Kimberly Reyes takes a look at Maggie Gyllenhaal’s directorial debut, The Lost Daughter.
The opening scene of Maggie Gyllenhaal’s directorial debut begins like a great noir—our protagonist Leda (Olivia Colman) is in grave danger on a dark beach. She stumbles and falls onto the sand, and we know the entire film will be an exploration of how she got to this place. This immediate cinematic tension works best if the pressure valve leaks enough for the audience to halfway forget that something bad is inevitable, or if we are ok with “bad” happening.
The film is based on the 2008 Elena Ferrante novel of the same name. Live Streaming from a New York Women in Film & Television event on 9th December, Gyllenhaal recalled being tapped to direct the book adaptation by the pseudonymous author—Ferrante’s publishing company told her, “you can have the rights, but the contract is void unless you direct it.” Gyllenhaal was playing a porn director in the HBO series “The Deuce” at the time.
The book takes places in a seaside village near Naples, but the movie adaptation follows a late-40s Leda as she vacations in Greece. Leda is fascinated and repulsed by the youthful wildness she sees in others around the beach town. She becomes obsessed with one young mother in particular, Nina, deftly played by Dakota Johnson, whose entire chaotic, Queens family descends on this beach every year. Nina is exquisite and malicious and her particular brand of selfishness reminds Leda of her younger self, played by Jessie Buckley through flashbacks.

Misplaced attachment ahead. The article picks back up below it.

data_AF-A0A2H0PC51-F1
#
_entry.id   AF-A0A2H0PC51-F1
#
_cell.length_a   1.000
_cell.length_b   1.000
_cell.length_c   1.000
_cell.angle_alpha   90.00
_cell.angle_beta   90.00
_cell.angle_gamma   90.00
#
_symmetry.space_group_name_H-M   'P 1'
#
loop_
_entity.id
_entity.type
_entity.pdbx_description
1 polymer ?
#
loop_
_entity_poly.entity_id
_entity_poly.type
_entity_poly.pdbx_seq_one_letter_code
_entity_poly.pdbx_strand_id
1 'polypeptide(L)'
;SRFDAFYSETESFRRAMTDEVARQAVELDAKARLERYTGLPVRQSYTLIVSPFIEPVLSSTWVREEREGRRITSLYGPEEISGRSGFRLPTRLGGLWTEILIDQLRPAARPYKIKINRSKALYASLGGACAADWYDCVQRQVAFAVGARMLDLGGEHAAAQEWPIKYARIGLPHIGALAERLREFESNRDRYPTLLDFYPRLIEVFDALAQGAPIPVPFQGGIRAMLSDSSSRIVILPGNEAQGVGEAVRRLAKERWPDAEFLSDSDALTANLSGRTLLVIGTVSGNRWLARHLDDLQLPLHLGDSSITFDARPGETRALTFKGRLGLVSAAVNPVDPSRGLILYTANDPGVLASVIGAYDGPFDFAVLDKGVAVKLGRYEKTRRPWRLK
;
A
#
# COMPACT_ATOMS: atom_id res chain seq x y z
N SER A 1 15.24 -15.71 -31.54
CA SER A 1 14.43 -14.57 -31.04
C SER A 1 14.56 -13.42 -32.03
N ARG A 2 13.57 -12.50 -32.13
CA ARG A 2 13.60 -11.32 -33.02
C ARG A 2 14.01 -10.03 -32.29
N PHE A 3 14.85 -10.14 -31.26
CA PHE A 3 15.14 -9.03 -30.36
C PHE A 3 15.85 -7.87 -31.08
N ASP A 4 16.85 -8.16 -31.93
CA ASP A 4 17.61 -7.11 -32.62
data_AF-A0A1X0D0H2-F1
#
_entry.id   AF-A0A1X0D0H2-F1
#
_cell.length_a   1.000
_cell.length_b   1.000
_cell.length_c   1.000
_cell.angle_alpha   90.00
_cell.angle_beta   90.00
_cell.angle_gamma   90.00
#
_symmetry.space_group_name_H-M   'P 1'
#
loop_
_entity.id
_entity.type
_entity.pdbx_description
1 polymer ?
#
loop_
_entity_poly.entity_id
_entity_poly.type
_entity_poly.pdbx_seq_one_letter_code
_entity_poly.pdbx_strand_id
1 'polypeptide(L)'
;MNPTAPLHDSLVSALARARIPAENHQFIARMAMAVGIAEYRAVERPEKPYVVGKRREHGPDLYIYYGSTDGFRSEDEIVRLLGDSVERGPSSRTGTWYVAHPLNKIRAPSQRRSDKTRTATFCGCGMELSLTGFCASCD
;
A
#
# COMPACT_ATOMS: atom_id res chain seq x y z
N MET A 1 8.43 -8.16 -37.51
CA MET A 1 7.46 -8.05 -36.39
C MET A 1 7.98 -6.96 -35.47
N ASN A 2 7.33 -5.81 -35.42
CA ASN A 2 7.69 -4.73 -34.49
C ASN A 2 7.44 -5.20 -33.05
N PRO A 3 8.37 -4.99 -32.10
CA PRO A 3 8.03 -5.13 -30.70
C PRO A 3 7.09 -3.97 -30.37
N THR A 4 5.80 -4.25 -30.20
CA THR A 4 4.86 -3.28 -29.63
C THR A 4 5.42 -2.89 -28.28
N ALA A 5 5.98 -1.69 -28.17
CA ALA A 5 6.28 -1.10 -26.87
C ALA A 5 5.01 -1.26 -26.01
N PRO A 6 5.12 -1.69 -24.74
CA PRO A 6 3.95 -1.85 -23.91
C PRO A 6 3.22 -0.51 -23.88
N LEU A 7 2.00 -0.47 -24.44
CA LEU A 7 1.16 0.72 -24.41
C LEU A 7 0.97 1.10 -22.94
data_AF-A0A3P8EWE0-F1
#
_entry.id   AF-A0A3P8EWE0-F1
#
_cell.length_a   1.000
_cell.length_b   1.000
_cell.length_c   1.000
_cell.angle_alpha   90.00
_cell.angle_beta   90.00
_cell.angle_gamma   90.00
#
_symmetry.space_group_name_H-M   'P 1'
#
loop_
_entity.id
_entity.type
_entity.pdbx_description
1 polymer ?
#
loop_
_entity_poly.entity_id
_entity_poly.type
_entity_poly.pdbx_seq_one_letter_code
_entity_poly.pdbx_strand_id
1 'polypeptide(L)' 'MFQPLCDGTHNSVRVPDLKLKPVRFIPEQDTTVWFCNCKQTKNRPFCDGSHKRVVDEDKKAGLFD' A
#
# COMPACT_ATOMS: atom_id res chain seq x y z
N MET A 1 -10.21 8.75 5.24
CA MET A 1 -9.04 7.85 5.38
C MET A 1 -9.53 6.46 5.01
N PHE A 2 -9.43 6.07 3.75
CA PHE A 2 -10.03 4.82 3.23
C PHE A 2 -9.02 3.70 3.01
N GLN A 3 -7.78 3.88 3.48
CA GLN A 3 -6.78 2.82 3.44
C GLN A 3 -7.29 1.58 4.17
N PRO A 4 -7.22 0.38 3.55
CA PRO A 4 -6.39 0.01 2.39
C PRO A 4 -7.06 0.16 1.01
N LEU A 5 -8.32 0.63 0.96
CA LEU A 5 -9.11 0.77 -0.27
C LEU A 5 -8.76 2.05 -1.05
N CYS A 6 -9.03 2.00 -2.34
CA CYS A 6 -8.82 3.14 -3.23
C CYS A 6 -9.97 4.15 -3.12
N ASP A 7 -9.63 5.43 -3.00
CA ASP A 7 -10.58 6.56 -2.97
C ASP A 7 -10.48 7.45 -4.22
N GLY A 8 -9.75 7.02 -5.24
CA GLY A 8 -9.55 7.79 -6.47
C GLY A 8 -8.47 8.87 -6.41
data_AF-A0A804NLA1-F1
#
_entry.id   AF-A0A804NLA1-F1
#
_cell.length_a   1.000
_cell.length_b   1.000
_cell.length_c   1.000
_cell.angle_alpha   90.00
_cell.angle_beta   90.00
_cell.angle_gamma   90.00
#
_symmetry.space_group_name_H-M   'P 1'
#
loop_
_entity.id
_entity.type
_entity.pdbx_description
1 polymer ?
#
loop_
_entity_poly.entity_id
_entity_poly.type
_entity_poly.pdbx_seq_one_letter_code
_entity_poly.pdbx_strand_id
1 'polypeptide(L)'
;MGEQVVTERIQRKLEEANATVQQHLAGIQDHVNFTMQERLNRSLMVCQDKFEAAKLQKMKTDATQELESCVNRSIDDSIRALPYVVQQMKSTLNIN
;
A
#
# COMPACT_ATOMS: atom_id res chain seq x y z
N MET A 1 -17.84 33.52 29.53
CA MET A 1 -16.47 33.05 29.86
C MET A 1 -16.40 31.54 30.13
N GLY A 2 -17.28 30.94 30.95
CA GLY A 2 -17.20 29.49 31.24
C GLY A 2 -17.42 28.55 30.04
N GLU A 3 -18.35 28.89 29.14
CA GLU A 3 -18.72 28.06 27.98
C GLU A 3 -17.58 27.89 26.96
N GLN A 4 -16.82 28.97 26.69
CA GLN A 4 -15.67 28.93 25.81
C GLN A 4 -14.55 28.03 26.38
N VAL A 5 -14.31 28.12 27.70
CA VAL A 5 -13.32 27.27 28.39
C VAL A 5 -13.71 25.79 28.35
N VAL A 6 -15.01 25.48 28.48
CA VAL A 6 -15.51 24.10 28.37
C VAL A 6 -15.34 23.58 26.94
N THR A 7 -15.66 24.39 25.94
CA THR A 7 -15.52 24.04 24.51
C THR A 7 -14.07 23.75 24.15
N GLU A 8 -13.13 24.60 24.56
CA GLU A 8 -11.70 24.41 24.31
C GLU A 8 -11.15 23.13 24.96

The modern Leda is far from likable—she’s facetious, awkward, intrusive, and condescending—and she’s attracted even more unsavory characters in Greece. Everyone wants to know Leda’s story, as she won’t scuttle away into the background like a proper woman of her age. Once it’s clear she can’t be muted, the crazies from Queens settle into an uneasy toleration of her, but for a price.
Perhaps the best scenes in the film are between Leda and Will (Paul Mescal), the young, handsome beach attendant and business-school student from Dublin. They circle each other playing the most heedless and enthralling game of chicken, as subtlety is where both actors soar. Mescal’s character stands out for how gendered his role normally is: the one-note temptress. This is surely an intentional decision as Gyllenhaal is unapologetic in the centering of all things feminine throughout the movie. The film is also not shy about showing motherhood and mothers in very complicated, nuanced, and unflattering ways. Gyllenhaal’s freshman courage in sitting with discomfort is why the film succeeds.
Buckley’s Leda is more frazzled and wide-eyed than Colman’s. Through Buckley’s portrayal we learn more about Leda’s life choices and why she is so edgy, and so inundated with regret. Ultimately Leda’s time in Greece ends up being anything but a vacation because it may be the first time she can see herself, reflected in the worst of others. She is, as Gyllenhaal explained during the livestream, a “woman struggling with almost unbearable pain which is caused, I think, by almost unbearable pain”.
The Lost Daughter is in cinem,as frm 17th December 2021.